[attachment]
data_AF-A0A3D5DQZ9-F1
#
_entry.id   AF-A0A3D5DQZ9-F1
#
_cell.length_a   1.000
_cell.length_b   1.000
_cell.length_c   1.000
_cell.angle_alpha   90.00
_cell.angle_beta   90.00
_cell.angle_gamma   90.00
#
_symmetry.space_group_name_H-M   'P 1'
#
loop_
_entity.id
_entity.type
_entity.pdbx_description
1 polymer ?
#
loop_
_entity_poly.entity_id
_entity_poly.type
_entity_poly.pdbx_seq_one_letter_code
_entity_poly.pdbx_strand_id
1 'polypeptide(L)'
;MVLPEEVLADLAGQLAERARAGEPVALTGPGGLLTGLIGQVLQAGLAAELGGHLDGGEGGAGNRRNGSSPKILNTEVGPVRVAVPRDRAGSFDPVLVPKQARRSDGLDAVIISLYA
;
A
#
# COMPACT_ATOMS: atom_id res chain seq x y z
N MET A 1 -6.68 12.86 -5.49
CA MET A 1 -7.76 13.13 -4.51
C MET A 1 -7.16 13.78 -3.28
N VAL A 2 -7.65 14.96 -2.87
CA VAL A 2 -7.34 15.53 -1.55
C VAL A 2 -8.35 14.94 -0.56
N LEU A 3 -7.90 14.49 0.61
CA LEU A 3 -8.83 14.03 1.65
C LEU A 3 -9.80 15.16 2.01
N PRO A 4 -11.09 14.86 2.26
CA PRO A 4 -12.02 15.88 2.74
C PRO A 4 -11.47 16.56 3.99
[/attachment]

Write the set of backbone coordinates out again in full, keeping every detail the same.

data_AF-A0A3D5DQZ9-F1
#
_entry.id   AF-A0A3D5DQZ9-F1
#
_cell.length_a   1.000
_cell.length_b   1.000
_cell.length_c   1.000
_cell.angle_alpha   90.00
_cell.angle_beta   90.00
_cell.angle_gamma   90.00
#
_symmetry.space_group_name_H-M   'P 1'
#
loop_
_entity.id
_entity.type
_entity.pdbx_description
1 polymer ?
#
loop_
_entity_poly.entity_id
_entity_poly.type
_entity_poly.pdbx_seq_one_letter_code
_entity_poly.pdbx_strand_id
1 'polypeptide(L)'
;MVLPEEVLADLAGQLAERARAGEPVALTGPGGLLTGLIGQVLQAGLAAELGGHLDGGEGGAGNRRNGSSPKILNTEVGPVRVAVPRDRAGSFDPVLVPKQARRSDGLDAVIISLYA
;
A
#
# COMPACT_ATOMS: atom_id res chain seq x y z
N MET A 1 -6.68 12.86 -5.49
CA MET A 1 -7.76 13.13 -4.51
C MET A 1 -7.16 13.78 -3.28
N VAL A 2 -7.65 14.96 -2.87
CA VAL A 2 -7.34 15.53 -1.55
C VAL A 2 -8.35 14.94 -0.56
N LEU A 3 -7.90 14.49 0.61
CA LEU A 3 -8.83 14.03 1.65
C LEU A 3 -9.80 15.16 2.01
N PRO A 4 -11.09 14.86 2.26
CA PRO A 4 -12.02 15.88 2.74
C PRO A 4 -11.47 16.56 3.99